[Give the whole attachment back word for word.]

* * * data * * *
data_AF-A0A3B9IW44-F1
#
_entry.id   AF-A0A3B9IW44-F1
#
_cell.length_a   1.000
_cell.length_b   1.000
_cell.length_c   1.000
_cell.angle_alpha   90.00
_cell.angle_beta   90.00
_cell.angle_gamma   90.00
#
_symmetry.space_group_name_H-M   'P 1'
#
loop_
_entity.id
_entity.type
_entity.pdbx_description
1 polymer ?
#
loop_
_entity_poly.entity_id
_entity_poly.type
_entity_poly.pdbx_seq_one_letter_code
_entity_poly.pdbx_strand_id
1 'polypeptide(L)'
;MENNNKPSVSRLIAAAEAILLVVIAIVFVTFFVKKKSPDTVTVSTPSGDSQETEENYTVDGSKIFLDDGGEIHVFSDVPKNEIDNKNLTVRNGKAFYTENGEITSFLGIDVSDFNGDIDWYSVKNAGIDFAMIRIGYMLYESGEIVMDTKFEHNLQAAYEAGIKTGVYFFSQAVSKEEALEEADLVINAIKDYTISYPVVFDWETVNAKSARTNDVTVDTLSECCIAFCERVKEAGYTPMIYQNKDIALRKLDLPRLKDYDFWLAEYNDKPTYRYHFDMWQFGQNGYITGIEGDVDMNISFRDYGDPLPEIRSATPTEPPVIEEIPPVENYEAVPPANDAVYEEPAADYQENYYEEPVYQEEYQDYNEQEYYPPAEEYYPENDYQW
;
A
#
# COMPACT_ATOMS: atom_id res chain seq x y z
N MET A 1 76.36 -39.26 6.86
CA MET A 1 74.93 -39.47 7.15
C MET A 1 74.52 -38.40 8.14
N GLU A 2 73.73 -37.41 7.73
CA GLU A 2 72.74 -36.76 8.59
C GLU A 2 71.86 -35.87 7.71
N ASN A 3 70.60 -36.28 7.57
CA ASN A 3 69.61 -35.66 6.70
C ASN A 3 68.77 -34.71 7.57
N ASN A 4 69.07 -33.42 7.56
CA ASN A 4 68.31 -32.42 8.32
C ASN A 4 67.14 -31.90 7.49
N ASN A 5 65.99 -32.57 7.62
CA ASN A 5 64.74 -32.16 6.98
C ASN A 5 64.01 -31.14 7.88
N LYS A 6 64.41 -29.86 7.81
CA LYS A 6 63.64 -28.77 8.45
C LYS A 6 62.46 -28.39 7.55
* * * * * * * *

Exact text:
data_AF-A0A3B9IW44-F1
#
_entry.id   AF-A0A3B9IW44-F1
#
_cell.length_a   1.000
_cell.length_b   1.000
_cell.length_c   1.000
_cell.angle_alpha   90.00
_cell.angle_beta   90.00
_cell.angle_gamma   90.00
#
_symmetry.space_group_name_H-M   'P 1'
#
loop_
_entity.id
_entity.type
_entity.pdbx_description
1 polymer ?
#
loop_
_entity_poly.entity_id
_entity_poly.type
_entity_poly.pdbx_seq_one_letter_code
_entity_poly.pdbx_strand_id
1 'polypeptide(L)'
;MENNNKPSVSRLIAAAEAILLVVIAIVFVTFFVKKKSPDTVTVSTPSGDSQETEENYTVDGSKIFLDDGGEIHVFSDVPKNEIDNKNLTVRNGKAFYTENGEITSFLGIDVSDFNGDIDWYSVKNAGIDFAMIRIGYMLYESGEIVMDTKFEHNLQAAYEAGIKTGVYFFSQAVSKEEALEEADLVINAIKDYTISYPVVFDWETVNAKSARTNDVTVDTLSECCIAFCERVKEAGYTPMIYQNKDIALRKLDLPRLKDYDFWLAEYNDKPTYRYHFDMWQFGQNGYITGIEGDVDMNISFRDYGDPLPEIRSATPTEPPVIEEIPPVENYEAVPPANDAVYEEPAADYQENYYEEPVYQEEYQDYNEQEYYPPAEEYYPENDYQW
;
A
#
# COMPACT_ATOMS: atom_id res chain seq x y z
N MET A 1 76.36 -39.26 6.86
CA MET A 1 74.93 -39.47 7.15
C MET A 1 74.52 -38.40 8.14
N GLU A 2 73.73 -37.41 7.73
CA GLU A 2 72.74 -36.76 8.59
C GLU A 2 71.86 -35.87 7.71
N ASN A 3 70.60 -36.28 7.57
CA ASN A 3 69.61 -35.66 6.70
C ASN A 3 68.77 -34.71 7.57
N ASN A 4 69.07 -33.42 7.56
CA ASN A 4 68.31 -32.42 8.32
C ASN A 4 67.14 -31.90 7.49
N ASN A 5 65.99 -32.57 7.62
CA ASN A 5 64.74 -32.16 6.98
C ASN A 5 64.01 -31.14 7.88
N LYS A 6 64.41 -29.86 7.81
CA LYS A 6 63.64 -28.77 8.45
C LYS A 6 62.46 -28.39 7.55